job is to implement the API functionality expected by the application, while adhering strictly to the
interface defined. In order to run a job using the framework, you first need to setup a set of Virtual
Machines (VM) that will enable you to have multiple threads running concurrently. You also need to
create a config file, that your framework will use, containing a list of configuration parameters such as
the connection details (IP address) of all VMs part of your cluster as well as the sizes of in-memory
buffers used by the mappers and reducers.
2.1.2 Framework Initialisation
Setting up the framework for a job requires the initialization of two main entities, namely MapRe-
duce(MR) Master and HDFS Master (also called Namenode). The application code will be
started on the VM which is designated as the MapReduce Master. MR Master is responsible for
orchestrating the framework execution, which includes input file setup, management of mappers and
reducers as well as the clean-up on finish. Other nodes in the cluster are designated as worker nodes,
which will be running mapper and reducer threads. MR Master will use RPC calls to communicate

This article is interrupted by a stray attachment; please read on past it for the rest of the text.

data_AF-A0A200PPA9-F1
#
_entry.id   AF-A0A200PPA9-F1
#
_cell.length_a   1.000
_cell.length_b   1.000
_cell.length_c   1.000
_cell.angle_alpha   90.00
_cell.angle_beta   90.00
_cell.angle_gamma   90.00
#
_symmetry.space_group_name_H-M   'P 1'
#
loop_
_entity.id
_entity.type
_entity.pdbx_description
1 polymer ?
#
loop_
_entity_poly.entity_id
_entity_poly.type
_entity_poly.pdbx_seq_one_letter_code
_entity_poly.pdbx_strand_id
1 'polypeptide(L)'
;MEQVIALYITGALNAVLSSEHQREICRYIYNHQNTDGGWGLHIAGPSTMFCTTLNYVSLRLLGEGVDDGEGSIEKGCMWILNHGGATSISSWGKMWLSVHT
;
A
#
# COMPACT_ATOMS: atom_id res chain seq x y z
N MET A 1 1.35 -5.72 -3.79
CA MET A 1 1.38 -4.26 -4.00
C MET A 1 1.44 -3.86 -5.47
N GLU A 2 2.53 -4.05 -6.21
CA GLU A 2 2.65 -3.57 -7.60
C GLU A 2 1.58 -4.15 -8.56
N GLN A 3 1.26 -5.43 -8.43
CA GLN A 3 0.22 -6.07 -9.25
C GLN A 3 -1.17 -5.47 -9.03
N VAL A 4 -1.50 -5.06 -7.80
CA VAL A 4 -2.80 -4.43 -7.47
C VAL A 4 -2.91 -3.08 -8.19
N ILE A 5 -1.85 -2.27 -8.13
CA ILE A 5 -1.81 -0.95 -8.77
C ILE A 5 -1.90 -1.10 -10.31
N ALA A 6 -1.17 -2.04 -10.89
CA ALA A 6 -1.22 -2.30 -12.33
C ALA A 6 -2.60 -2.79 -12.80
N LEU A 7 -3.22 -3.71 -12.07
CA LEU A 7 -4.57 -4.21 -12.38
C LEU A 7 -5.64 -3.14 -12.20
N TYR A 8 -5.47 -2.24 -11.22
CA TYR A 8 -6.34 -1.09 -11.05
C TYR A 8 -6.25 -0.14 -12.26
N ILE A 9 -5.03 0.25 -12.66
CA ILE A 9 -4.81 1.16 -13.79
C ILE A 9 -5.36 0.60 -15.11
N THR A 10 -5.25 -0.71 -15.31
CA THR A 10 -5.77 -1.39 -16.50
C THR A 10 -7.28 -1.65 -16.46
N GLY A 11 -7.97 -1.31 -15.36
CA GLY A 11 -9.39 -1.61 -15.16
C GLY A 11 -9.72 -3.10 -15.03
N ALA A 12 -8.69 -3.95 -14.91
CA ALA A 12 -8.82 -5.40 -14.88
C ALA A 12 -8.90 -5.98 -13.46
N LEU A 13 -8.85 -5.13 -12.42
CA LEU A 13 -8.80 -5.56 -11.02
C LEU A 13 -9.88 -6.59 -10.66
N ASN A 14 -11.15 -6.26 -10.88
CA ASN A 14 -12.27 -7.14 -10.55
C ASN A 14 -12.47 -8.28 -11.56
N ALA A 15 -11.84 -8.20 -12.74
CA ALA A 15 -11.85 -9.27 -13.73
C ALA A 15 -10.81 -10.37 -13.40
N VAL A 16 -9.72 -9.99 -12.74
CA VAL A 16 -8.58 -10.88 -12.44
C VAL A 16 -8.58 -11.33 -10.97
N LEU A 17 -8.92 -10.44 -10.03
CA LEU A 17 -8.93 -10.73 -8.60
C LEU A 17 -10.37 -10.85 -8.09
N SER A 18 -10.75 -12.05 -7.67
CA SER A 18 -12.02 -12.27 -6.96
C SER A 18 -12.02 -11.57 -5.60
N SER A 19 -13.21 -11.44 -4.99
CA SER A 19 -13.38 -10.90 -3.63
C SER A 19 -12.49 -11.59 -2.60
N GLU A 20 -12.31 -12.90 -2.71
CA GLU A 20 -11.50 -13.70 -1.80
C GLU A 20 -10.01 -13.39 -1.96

to each of the worker nodes. So, you have to ensure that before the application is run, the workers
should have RPC servers running to service any incoming requests from the MR Master. When the
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application uses mr_init API call to initialize your framework, MR Master will consume the parame-
ters specified by the user and initialize the state of the MR framework. All the functionality expected
from MR Master has to be implemented by you, as a part of the framework API implementation.
The second entity that constitutes an important part of framework initialisation is the HDFS
Master/Namenode. The framework should utilize a Distributed File System to store all the input